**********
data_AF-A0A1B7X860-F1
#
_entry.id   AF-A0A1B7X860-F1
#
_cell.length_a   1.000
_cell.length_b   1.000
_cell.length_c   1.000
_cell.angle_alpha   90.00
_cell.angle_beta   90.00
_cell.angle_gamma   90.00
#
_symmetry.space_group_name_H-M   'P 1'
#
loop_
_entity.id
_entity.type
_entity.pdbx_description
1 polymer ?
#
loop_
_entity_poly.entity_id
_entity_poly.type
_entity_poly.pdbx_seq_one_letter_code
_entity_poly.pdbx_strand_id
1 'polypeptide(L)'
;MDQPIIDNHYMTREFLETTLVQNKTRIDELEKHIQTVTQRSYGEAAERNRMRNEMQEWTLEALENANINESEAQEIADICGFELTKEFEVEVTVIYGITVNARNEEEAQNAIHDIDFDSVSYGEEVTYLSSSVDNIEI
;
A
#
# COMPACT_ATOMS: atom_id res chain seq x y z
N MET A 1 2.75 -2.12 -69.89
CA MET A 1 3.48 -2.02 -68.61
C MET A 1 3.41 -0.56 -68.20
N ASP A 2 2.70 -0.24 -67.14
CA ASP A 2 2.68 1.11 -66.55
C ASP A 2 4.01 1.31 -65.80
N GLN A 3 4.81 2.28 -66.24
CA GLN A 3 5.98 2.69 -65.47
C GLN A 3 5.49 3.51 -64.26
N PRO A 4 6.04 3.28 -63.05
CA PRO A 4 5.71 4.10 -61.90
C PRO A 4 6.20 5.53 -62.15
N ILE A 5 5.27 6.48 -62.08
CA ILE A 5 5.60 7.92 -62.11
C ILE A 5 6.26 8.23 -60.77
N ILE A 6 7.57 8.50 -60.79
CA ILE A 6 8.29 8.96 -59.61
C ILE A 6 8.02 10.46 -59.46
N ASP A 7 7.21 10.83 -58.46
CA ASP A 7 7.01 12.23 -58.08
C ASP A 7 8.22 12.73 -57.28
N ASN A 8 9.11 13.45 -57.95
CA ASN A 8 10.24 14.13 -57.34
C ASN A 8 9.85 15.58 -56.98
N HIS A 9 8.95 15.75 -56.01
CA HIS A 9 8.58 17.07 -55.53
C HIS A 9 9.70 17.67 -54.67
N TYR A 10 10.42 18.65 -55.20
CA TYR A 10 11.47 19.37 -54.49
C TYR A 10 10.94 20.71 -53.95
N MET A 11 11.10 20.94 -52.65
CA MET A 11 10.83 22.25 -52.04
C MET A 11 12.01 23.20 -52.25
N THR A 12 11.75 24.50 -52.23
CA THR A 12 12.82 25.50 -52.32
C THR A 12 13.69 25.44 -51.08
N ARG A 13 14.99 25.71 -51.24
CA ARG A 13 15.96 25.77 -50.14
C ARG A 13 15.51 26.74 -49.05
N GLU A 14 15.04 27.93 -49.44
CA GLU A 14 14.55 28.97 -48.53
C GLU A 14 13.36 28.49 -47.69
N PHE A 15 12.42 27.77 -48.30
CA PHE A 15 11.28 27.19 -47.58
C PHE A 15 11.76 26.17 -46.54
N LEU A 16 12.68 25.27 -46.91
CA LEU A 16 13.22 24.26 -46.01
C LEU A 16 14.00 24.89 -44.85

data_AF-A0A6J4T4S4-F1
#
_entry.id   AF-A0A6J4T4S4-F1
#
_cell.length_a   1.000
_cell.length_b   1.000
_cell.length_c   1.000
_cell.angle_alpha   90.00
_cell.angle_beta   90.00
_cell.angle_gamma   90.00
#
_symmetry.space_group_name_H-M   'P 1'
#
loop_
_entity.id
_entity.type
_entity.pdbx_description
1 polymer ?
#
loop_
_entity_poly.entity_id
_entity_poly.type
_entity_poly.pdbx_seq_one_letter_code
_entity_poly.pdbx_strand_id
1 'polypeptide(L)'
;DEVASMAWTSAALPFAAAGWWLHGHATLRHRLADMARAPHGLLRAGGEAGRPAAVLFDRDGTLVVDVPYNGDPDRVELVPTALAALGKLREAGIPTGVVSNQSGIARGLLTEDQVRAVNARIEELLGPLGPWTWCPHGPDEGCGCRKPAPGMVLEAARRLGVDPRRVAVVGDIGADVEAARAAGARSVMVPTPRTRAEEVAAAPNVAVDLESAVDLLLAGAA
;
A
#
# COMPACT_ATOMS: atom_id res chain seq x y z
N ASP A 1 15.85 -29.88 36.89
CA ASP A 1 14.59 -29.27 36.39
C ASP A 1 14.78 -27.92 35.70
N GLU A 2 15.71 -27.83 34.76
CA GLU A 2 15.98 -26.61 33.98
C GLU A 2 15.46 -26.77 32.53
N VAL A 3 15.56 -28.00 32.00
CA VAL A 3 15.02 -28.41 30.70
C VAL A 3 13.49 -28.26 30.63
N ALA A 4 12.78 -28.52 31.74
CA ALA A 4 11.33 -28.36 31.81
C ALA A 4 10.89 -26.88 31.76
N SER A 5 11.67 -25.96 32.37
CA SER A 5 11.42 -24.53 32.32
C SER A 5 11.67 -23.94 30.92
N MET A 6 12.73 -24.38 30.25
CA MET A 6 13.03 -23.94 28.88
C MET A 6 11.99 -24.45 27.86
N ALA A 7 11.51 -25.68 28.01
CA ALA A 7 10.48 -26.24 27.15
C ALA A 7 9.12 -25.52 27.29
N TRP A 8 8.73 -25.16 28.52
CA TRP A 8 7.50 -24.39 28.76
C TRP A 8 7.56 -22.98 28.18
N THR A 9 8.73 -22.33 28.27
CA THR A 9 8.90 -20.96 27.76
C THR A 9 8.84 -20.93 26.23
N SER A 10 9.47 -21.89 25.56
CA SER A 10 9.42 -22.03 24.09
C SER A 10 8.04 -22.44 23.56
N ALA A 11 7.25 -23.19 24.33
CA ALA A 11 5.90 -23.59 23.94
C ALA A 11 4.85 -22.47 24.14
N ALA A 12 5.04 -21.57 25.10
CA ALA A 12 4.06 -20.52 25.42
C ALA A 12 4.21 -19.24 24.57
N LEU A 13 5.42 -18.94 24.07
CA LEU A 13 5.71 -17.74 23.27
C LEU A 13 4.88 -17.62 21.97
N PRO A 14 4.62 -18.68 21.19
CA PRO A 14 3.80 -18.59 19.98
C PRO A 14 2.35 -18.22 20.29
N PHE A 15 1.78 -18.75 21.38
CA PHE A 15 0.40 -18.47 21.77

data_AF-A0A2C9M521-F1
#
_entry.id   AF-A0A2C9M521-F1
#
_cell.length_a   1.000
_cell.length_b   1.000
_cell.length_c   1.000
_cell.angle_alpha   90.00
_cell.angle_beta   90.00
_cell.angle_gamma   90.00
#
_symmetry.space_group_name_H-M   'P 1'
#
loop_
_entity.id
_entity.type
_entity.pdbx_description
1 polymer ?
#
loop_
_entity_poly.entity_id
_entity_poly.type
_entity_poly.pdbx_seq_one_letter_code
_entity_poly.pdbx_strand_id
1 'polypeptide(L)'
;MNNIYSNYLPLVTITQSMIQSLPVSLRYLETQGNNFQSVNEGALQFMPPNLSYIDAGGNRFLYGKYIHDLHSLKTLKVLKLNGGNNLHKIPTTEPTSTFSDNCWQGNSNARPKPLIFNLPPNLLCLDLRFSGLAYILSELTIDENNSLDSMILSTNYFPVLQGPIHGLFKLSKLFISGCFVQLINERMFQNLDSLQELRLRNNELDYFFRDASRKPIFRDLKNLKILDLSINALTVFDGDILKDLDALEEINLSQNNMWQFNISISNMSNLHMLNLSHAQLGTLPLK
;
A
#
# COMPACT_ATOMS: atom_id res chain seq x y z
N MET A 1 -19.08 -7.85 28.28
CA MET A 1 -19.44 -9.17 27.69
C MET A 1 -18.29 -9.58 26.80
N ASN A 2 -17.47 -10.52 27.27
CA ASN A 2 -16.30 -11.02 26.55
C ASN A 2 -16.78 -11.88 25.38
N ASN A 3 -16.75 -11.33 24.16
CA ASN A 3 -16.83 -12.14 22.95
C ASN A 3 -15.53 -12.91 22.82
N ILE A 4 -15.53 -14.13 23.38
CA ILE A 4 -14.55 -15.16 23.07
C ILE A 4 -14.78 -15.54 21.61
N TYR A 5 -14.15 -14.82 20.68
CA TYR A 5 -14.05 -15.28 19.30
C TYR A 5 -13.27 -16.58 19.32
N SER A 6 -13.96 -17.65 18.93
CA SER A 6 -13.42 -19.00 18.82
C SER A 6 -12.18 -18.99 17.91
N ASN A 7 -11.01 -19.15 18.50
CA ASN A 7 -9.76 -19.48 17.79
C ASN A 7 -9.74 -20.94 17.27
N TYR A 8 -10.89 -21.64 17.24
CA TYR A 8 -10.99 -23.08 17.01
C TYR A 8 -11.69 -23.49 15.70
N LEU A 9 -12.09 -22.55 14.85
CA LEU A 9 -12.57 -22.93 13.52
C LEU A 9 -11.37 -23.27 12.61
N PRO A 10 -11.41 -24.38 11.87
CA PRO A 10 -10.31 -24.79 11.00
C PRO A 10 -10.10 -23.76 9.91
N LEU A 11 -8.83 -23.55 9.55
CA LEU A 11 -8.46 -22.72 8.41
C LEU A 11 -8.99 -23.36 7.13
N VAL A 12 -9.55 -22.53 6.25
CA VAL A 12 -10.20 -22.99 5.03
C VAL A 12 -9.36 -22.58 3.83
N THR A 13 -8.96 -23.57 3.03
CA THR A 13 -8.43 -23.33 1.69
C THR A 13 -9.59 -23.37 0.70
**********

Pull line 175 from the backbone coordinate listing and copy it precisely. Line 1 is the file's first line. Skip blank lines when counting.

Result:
_entity_poly.pdbx_seq_one_letter_code